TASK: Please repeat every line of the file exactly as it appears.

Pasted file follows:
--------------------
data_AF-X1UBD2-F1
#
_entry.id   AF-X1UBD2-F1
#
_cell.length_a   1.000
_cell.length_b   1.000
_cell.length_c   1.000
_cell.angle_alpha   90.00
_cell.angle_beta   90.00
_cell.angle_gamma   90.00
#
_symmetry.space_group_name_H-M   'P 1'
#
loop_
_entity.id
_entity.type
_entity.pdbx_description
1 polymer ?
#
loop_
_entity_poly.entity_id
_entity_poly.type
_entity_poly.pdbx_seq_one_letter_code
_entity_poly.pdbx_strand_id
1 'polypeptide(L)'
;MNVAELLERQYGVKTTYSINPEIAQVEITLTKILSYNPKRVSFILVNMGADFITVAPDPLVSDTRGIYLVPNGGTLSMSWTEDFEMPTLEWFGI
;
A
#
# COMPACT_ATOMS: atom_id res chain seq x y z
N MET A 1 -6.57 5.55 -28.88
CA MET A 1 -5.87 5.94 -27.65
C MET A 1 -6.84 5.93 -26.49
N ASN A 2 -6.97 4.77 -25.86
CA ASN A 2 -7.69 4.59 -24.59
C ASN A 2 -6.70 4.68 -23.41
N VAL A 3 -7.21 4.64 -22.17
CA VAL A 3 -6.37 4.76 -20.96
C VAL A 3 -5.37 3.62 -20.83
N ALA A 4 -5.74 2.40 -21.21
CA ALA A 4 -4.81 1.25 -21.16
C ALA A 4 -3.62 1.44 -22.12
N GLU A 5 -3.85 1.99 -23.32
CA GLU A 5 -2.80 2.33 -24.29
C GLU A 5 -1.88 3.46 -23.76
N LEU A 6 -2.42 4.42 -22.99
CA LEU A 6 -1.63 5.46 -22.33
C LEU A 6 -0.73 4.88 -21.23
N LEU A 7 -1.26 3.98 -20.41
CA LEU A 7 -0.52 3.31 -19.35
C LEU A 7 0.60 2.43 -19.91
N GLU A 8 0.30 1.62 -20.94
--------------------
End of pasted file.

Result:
data_AF-X1UBD2-F1
#
_entry.id   AF-X1UBD2-F1
#
_cell.length_a   1.000
_cell.length_b   1.000
_cell.length_c   1.000
_cell.angle_alpha   90.00
_cell.angle_beta   90.00
_cell.angle_gamma   90.00
#
_symmetry.space_group_name_H-M   'P 1'
#
loop_
_entity.id
_entity.type
_entity.pdbx_description
1 polymer ?
#
loop_
_entity_poly.entity_id
_entity_poly.type
_entity_poly.pdbx_seq_one_letter_code
_entity_poly.pdbx_strand_id
1 'polypeptide(L)'
;MNVAELLERQYGVKTTYSINPEIAQVEITLTKILSYNPKRVSFILVNMGADFITVAPDPLVSDTRGIYLVPNGGTLSMSWTEDFEMPTLEWFGI
;
A
#
# COMPACT_ATOMS: atom_id res chain seq x y z
N MET A 1 -6.57 5.55 -28.88
CA MET A 1 -5.87 5.94 -27.65
C MET A 1 -6.84 5.93 -26.49
N ASN A 2 -6.97 4.77 -25.86
CA ASN A 2 -7.69 4.59 -24.59
C ASN A 2 -6.70 4.68 -23.41
N VAL A 3 -7.21 4.64 -22.17
CA VAL A 3 -6.37 4.76 -20.96
C VAL A 3 -5.37 3.62 -20.83
N ALA A 4 -5.74 2.40 -21.21
CA ALA A 4 -4.81 1.25 -21.16
C ALA A 4 -3.62 1.44 -22.12
N GLU A 5 -3.85 1.99 -23.32
CA GLU A 5 -2.80 2.33 -24.29
C GLU A 5 -1.88 3.46 -23.76
N LEU A 6 -2.42 4.42 -22.99
CA LEU A 6 -1.63 5.46 -22.33
C LEU A 6 -0.73 4.88 -21.23
N LEU A 7 -1.26 3.98 -20.41
CA LEU A 7 -0.52 3.31 -19.35
C LEU A 7 0.60 2.43 -19.91
N GLU A 8 0.30 1.62 -20.94